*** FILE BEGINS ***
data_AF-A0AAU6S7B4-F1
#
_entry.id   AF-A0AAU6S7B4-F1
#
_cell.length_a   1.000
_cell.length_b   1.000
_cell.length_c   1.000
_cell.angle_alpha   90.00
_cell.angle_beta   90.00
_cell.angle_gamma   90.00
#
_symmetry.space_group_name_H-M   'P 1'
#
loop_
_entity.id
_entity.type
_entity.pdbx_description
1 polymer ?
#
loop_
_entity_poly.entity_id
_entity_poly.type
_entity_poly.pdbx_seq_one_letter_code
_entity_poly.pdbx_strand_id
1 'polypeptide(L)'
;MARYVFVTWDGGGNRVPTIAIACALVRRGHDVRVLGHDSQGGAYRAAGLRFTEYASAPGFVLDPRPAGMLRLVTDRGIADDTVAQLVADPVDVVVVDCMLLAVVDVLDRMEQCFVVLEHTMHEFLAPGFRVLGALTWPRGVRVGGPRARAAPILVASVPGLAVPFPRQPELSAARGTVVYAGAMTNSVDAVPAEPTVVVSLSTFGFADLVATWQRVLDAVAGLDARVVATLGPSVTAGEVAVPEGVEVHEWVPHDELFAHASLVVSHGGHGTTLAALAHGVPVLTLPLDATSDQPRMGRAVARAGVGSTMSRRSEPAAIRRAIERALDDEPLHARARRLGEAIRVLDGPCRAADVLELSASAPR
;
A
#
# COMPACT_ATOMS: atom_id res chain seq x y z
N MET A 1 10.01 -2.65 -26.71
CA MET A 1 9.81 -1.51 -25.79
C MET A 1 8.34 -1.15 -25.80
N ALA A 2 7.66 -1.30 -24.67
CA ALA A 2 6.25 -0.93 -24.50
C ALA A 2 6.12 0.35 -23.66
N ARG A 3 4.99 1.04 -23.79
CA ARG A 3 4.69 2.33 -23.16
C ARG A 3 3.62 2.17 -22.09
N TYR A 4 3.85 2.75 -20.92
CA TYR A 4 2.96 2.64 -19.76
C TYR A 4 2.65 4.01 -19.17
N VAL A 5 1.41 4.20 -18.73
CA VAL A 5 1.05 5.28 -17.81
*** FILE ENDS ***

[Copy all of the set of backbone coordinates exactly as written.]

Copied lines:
data_AF-A0AAU6S7B4-F1
#
_entry.id   AF-A0AAU6S7B4-F1
#
_cell.length_a   1.000
_cell.length_b   1.000
_cell.length_c   1.000
_cell.angle_alpha   90.00
_cell.angle_beta   90.00
_cell.angle_gamma   90.00
#
_symmetry.space_group_name_H-M   'P 1'
#
loop_
_entity.id
_entity.type
_entity.pdbx_description
1 polymer ?
#
loop_
_entity_poly.entity_id
_entity_poly.type
_entity_poly.pdbx_seq_one_letter_code
_entity_poly.pdbx_strand_id
1 'polypeptide(L)'
;MARYVFVTWDGGGNRVPTIAIACALVRRGHDVRVLGHDSQGGAYRAAGLRFTEYASAPGFVLDPRPAGMLRLVTDRGIADDTVAQLVADPVDVVVVDCMLLAVVDVLDRMEQCFVVLEHTMHEFLAPGFRVLGALTWPRGVRVGGPRARAAPILVASVPGLAVPFPRQPELSAARGTVVYAGAMTNSVDAVPAEPTVVVSLSTFGFADLVATWQRVLDAVAGLDARVVATLGPSVTAGEVAVPEGVEVHEWVPHDELFAHASLVVSHGGHGTTLAALAHGVPVLTLPLDATSDQPRMGRAVARAGVGSTMSRRSEPAAIRRAIERALDDEPLHARARRLGEAIRVLDGPCRAADVLELSASAPR
;
A
#
# COMPACT_ATOMS: atom_id res chain seq x y z
N MET A 1 10.01 -2.65 -26.71
CA MET A 1 9.81 -1.51 -25.79
C MET A 1 8.34 -1.15 -25.80
N ALA A 2 7.66 -1.30 -24.67
CA ALA A 2 6.25 -0.93 -24.50
C ALA A 2 6.12 0.35 -23.66
N ARG A 3 4.99 1.04 -23.79
CA ARG A 3 4.69 2.33 -23.16
C ARG A 3 3.62 2.17 -22.09
N TYR A 4 3.85 2.75 -20.92
CA TYR A 4 2.96 2.64 -19.76
C TYR A 4 2.65 4.01 -19.17
N VAL A 5 1.41 4.20 -18.73
CA VAL A 5 1.05 5.28 -17.81